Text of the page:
Third, the work side of my board is racially mixed; the family side of my board isn’t. I suppose that’s just my reality, but it’s very telling. Proximity doesn’t mean integration and rather than fighting that, I’m happy to embrace the fact that I will produce healthy, intelligent Black children raised in a loving, successful, two parent household. So few kids have this in the world and I’m committed to this vision for my own. Fourth, all the images of a de-cluttered home were supposed to be paired with the words for the cities where I want to buy new property. Instead they’re in a section between work and family that’s labeled “Sleep.” The images are actually of a bed and pillows. Subliminal much? Last, when it comes to work, my vision board doesn’t include anything about my PhD, my day job, or even my multiple side businesses. It focuses on being a writer. All in all, I knocked my own socks off with this vision board. I’ve drilled down to the most important and most essential images that reflect what I want to be my future. I’m a believer and I’ve just begun to use it this morning!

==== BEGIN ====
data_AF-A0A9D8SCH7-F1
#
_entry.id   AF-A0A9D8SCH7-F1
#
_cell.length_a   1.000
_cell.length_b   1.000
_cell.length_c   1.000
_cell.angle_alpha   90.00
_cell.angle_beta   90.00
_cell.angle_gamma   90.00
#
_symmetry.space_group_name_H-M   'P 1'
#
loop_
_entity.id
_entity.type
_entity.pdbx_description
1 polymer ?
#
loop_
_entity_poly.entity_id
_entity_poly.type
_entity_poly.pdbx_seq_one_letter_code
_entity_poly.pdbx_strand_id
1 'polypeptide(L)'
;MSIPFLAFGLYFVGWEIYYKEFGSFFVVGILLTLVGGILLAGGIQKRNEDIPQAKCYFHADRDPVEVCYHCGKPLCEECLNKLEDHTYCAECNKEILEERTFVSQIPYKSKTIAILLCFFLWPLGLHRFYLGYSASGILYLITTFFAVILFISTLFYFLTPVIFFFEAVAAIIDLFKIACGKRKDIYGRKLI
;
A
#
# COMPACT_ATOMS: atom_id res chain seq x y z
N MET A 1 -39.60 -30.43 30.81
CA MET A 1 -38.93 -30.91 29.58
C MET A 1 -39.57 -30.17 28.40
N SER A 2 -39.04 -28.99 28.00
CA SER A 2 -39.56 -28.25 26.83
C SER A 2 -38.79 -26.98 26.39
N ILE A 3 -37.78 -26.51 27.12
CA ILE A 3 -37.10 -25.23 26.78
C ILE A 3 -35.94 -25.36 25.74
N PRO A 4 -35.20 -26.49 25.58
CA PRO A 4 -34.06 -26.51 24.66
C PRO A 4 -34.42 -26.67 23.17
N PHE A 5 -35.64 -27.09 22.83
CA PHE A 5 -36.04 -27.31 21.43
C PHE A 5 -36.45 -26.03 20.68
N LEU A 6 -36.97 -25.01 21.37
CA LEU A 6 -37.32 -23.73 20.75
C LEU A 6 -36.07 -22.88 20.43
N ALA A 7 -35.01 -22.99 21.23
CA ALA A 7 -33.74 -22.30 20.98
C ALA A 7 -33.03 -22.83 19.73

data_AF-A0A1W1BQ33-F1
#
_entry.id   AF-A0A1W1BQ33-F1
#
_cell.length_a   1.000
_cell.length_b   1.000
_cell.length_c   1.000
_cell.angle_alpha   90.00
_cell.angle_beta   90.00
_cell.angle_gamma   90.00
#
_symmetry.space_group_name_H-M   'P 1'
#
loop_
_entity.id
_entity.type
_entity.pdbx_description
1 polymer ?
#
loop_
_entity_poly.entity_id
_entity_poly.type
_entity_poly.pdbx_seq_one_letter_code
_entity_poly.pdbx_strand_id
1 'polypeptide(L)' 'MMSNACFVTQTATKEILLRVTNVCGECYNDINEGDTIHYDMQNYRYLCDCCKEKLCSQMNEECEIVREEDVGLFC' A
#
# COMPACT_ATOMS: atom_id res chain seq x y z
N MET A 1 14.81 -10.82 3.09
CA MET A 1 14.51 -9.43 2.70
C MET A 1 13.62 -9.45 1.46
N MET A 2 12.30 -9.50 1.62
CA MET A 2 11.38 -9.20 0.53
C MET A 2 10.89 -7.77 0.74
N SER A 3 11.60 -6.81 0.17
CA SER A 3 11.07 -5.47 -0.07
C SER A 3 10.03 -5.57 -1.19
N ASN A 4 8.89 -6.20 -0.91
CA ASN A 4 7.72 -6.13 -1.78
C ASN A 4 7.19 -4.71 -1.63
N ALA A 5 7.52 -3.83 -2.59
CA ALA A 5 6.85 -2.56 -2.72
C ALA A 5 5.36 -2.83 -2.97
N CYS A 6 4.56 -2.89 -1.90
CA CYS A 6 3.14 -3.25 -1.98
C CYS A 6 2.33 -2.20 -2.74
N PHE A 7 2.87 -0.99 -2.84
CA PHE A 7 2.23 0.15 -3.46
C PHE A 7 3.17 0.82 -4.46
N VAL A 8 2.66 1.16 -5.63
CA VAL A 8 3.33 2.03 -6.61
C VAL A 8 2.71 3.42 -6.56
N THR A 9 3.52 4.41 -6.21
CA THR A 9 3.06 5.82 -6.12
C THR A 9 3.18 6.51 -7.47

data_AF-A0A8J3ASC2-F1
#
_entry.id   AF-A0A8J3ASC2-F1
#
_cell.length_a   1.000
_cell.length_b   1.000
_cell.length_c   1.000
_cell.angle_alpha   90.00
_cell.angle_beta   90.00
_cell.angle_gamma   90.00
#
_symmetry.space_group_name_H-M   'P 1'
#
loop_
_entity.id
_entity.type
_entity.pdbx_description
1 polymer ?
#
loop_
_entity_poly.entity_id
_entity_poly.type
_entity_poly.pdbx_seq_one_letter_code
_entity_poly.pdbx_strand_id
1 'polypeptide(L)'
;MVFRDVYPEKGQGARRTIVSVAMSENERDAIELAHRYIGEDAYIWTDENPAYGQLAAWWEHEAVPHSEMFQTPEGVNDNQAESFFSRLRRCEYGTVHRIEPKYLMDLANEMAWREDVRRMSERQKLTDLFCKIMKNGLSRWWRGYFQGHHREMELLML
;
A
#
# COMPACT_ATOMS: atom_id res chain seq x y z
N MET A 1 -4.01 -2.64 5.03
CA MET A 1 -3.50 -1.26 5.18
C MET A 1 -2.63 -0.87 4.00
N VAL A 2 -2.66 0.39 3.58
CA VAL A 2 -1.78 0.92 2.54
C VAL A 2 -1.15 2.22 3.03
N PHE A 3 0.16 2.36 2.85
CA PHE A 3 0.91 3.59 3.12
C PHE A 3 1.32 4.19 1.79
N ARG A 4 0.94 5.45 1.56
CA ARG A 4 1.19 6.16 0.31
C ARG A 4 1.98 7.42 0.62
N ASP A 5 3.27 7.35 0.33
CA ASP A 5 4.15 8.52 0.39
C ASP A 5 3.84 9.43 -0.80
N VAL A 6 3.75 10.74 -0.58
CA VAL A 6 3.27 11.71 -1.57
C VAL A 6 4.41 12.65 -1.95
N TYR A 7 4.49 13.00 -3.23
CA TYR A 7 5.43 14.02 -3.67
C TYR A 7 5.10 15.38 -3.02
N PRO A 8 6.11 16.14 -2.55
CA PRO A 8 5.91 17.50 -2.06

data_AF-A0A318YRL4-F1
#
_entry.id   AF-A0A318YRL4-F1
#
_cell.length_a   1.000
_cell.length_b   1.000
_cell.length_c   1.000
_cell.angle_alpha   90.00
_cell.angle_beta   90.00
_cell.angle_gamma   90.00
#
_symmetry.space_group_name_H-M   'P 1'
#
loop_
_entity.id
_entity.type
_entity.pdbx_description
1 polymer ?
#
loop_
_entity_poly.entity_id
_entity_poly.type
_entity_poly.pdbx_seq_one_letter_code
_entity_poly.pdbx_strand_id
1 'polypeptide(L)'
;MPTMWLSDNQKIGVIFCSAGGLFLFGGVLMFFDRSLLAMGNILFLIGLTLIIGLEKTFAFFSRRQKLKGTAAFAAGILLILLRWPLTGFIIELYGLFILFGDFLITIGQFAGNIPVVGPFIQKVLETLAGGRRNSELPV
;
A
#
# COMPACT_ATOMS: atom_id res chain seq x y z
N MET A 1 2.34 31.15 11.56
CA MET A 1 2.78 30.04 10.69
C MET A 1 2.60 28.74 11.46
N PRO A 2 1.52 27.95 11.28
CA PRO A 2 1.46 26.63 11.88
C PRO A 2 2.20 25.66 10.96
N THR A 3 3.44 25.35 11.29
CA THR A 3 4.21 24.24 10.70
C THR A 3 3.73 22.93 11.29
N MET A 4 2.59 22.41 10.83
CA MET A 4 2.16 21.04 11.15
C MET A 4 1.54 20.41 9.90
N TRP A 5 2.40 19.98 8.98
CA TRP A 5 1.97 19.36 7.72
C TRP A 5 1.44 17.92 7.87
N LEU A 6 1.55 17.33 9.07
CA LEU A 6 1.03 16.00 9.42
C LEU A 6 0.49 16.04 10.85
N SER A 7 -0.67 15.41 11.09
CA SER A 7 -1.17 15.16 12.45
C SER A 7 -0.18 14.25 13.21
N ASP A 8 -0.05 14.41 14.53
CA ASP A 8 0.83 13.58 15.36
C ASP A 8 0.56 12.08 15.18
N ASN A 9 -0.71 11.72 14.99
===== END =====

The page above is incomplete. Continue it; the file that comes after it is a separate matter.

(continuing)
I’m not sure what vision board sharing etiquette is, but I’m beginning to think that it’s supposed to be a sacred secret. My friends who have them refer to them vaguely in Facebook posts, but never really tell us what they’re after. I think you’re supposed to keep it in a place where you see it everyday, but I’m not sure what that means for your family who have to walk past your future every single day of their lives. I don’t quite know if you can share it after you’re no longer using it or if that jinxes it somehow. I’m still new to this. But, I’m proud of what I’ve compiled and I had to share the journey with people who would appreciate it. Maybe now, I sound like a quack too or maybe you’ve had one for years and this is letting you revisit what you already know. But, if you’re also green on vision boards, I hope you’ll give it a try. I found that my vision for my future doesn’t match the words I use in my daily life. And that’s not necessarily a bad thing, so long as I have some way to stay grounded and remind myself of what success, love, and ‘a life in full’ really mean to me. My vision board’s got my back!